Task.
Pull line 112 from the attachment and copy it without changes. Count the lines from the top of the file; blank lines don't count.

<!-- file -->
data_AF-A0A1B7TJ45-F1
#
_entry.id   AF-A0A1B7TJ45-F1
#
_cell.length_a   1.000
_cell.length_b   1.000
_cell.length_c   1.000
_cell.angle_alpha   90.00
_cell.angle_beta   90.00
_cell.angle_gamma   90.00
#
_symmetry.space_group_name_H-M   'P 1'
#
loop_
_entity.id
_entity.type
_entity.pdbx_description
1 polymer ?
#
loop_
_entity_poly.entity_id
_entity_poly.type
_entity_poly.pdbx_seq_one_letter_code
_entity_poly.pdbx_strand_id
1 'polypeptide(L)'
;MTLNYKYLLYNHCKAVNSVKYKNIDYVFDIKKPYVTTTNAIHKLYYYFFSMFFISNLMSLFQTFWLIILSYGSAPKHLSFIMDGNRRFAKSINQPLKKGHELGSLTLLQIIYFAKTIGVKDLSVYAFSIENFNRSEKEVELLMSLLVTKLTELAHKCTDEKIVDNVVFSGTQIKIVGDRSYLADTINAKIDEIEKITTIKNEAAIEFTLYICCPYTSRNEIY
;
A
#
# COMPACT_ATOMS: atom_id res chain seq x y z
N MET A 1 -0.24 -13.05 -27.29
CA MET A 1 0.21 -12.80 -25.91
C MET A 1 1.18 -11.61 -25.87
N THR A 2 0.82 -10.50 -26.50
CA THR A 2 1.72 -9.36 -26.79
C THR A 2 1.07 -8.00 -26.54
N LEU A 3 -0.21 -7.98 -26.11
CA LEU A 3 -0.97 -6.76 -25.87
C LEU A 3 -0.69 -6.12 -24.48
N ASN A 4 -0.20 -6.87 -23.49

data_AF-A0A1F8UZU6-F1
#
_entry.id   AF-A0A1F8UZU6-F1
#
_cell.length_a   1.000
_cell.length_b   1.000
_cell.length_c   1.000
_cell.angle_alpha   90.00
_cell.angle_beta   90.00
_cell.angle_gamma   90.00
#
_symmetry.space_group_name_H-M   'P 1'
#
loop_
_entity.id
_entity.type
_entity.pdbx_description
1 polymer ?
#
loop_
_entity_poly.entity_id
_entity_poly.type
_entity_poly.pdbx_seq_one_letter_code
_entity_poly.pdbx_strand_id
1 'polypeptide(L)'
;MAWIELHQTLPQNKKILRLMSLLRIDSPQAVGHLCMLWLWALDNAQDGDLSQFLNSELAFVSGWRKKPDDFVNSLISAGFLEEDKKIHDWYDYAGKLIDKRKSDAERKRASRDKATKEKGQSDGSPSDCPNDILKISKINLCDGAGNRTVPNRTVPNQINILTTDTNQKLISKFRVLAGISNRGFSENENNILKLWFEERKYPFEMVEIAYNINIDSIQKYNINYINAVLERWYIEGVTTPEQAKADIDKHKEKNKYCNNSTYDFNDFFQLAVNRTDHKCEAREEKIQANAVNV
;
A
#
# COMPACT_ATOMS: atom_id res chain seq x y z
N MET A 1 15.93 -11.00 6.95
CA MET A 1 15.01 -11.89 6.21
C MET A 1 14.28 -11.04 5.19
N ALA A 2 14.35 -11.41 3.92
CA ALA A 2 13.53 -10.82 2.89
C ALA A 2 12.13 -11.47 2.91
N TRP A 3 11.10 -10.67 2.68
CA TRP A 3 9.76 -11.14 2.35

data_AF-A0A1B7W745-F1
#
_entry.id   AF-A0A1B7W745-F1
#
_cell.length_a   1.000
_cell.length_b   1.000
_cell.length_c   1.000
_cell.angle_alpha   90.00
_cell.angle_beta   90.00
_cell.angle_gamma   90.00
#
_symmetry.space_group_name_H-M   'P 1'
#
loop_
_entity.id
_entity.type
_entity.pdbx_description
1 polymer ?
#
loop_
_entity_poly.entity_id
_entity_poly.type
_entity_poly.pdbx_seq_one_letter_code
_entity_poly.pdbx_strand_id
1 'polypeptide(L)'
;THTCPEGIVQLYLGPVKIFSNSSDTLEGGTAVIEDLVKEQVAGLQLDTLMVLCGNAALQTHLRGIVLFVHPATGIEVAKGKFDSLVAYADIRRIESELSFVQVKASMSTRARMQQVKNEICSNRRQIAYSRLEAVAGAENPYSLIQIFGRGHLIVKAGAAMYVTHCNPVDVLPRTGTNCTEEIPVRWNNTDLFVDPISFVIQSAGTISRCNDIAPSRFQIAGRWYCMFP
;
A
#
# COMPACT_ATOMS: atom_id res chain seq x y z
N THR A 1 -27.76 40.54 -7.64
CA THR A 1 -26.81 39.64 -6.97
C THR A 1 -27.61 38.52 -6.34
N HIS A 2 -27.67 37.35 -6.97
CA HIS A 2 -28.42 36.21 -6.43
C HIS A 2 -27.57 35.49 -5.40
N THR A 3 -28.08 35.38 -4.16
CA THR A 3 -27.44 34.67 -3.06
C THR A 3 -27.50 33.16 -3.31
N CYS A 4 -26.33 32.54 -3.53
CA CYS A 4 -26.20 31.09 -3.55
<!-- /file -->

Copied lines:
N HIS A 2 -27.67 37.35 -6.97